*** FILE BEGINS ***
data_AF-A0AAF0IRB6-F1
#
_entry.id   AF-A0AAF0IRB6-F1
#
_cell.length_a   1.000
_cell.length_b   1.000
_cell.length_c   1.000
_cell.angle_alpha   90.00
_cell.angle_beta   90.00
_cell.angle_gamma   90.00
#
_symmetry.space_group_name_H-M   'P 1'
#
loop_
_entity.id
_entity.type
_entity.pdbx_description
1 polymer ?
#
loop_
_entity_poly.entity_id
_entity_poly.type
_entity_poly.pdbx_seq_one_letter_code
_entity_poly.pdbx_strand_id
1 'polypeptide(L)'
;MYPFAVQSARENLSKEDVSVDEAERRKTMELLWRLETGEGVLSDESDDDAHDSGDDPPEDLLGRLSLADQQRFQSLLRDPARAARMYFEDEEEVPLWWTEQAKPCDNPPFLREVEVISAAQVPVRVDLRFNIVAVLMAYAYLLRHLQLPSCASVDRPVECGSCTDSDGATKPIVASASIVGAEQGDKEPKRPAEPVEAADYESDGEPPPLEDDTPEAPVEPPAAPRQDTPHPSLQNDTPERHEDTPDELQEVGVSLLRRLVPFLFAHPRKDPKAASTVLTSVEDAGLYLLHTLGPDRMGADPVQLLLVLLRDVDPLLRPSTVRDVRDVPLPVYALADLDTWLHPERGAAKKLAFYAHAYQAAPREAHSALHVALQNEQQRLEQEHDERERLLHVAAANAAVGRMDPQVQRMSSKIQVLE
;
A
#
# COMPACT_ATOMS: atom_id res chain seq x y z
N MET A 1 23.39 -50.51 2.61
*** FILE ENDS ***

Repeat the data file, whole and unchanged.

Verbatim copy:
data_AF-A0AAF0IRB6-F1
#
_entry.id   AF-A0AAF0IRB6-F1
#
_cell.length_a   1.000
_cell.length_b   1.000
_cell.length_c   1.000
_cell.angle_alpha   90.00
_cell.angle_beta   90.00
_cell.angle_gamma   90.00
#
_symmetry.space_group_name_H-M   'P 1'
#
loop_
_entity.id
_entity.type
_entity.pdbx_description
1 polymer ?
#
loop_
_entity_poly.entity_id
_entity_poly.type
_entity_poly.pdbx_seq_one_letter_code
_entity_poly.pdbx_strand_id
1 'polypeptide(L)'
;MYPFAVQSARENLSKEDVSVDEAERRKTMELLWRLETGEGVLSDESDDDAHDSGDDPPEDLLGRLSLADQQRFQSLLRDPARAARMYFEDEEEVPLWWTEQAKPCDNPPFLREVEVISAAQVPVRVDLRFNIVAVLMAYAYLLRHLQLPSCASVDRPVECGSCTDSDGATKPIVASASIVGAEQGDKEPKRPAEPVEAADYESDGEPPPLEDDTPEAPVEPPAAPRQDTPHPSLQNDTPERHEDTPDELQEVGVSLLRRLVPFLFAHPRKDPKAASTVLTSVEDAGLYLLHTLGPDRMGADPVQLLLVLLRDVDPLLRPSTVRDVRDVPLPVYALADLDTWLHPERGAAKKLAFYAHAYQAAPREAHSALHVALQNEQQRLEQEHDERERLLHVAAANAAVGRMDPQVQRMSSKIQVLE
;
A
#
# COMPACT_ATOMS: atom_id res chain seq x y z
N MET A 1 23.39 -50.51 2.61